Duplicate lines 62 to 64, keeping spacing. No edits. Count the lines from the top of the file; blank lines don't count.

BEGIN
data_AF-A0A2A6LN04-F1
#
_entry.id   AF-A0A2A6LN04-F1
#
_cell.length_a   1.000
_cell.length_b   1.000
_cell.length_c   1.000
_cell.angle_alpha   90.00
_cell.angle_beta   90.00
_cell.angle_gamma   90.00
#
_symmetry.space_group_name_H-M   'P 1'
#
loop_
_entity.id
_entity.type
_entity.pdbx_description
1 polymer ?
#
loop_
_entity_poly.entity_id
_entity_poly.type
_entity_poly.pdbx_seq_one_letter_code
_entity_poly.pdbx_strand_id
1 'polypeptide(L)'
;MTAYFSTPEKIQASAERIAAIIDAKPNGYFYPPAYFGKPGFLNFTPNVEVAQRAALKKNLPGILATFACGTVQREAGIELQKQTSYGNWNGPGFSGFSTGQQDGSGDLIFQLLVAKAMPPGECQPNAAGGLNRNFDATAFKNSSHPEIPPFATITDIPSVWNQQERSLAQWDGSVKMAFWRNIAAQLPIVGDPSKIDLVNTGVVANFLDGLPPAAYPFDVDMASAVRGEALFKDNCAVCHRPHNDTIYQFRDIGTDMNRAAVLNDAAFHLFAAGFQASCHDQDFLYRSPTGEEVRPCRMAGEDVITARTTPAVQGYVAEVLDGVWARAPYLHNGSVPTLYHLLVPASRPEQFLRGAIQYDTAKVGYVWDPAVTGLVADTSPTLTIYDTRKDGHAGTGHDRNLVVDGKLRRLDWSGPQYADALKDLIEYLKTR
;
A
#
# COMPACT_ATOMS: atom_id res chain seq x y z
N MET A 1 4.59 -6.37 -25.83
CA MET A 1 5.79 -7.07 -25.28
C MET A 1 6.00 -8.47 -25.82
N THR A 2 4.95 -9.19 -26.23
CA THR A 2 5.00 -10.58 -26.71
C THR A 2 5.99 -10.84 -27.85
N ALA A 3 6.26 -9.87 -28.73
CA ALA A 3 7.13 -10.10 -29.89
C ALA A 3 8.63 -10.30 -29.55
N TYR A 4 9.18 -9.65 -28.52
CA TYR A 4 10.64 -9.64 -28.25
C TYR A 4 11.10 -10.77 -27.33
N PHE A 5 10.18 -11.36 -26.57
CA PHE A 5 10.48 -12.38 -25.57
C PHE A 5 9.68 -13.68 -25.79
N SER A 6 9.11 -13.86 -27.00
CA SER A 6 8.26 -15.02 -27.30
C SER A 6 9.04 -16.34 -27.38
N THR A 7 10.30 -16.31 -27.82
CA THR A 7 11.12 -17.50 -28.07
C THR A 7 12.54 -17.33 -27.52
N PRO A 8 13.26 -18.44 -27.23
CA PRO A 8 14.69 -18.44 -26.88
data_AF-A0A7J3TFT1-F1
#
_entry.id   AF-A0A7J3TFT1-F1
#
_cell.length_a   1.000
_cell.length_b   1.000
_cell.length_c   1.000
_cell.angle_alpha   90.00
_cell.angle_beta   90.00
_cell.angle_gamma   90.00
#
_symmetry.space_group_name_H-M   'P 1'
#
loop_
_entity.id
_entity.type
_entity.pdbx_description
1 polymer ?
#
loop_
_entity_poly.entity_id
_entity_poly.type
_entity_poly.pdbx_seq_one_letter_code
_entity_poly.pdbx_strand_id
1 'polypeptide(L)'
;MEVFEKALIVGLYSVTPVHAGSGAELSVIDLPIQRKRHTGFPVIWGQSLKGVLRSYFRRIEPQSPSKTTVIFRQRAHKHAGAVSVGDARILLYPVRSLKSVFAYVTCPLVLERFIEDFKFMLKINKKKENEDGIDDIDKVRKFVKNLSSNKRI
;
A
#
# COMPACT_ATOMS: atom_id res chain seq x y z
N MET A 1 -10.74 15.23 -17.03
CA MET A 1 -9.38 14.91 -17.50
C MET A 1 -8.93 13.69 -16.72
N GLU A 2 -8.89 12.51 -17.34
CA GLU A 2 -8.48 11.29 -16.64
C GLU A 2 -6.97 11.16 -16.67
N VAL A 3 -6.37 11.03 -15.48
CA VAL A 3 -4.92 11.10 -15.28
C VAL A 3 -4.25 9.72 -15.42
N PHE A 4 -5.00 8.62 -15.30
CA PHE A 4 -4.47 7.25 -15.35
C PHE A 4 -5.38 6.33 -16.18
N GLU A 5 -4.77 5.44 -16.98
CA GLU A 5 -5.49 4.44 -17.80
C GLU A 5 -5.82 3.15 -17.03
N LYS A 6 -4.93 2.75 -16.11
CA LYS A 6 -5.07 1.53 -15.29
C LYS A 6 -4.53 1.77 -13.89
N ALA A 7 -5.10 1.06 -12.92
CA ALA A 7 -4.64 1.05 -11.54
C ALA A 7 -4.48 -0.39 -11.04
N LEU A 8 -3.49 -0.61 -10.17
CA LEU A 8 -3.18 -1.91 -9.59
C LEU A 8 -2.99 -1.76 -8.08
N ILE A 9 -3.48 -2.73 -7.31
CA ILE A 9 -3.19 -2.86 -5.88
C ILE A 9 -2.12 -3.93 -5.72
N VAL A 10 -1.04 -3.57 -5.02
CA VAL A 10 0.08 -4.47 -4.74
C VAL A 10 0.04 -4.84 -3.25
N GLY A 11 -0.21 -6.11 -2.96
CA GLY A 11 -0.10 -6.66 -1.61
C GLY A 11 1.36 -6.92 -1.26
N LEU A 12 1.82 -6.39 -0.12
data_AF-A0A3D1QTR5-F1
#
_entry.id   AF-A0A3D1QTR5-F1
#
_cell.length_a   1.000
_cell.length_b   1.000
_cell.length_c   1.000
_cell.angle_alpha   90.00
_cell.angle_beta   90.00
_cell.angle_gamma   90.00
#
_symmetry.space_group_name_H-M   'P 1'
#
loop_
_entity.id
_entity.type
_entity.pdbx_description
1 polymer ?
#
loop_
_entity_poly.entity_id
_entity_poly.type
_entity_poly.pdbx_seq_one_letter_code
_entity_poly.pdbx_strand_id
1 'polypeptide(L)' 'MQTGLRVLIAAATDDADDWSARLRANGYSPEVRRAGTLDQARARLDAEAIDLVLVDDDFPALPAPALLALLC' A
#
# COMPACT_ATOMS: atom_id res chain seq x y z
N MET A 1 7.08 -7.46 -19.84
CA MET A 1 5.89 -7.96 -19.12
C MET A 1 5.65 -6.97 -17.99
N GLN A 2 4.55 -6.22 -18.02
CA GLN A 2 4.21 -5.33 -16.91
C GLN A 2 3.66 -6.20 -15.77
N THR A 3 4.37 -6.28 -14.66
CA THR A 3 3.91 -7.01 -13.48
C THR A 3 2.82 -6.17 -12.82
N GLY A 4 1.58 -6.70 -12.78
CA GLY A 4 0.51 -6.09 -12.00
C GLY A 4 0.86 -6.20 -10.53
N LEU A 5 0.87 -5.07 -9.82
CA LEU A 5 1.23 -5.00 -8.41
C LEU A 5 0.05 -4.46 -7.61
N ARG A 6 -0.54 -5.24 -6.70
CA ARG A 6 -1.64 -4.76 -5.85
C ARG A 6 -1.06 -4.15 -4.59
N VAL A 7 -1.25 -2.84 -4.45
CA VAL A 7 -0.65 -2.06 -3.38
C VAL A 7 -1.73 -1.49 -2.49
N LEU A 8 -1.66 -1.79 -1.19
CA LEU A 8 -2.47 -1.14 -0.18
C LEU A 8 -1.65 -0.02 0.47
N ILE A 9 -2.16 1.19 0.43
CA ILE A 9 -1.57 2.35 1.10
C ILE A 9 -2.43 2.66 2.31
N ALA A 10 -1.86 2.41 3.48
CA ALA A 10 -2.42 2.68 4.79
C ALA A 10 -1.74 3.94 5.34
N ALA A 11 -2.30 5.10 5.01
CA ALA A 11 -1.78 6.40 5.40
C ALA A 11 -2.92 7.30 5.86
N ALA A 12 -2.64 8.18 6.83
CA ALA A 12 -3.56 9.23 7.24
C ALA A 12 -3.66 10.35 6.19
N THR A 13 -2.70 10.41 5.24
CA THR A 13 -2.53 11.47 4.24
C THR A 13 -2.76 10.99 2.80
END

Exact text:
_cell.angle_beta   90.00
_cell.angle_gamma   90.00
#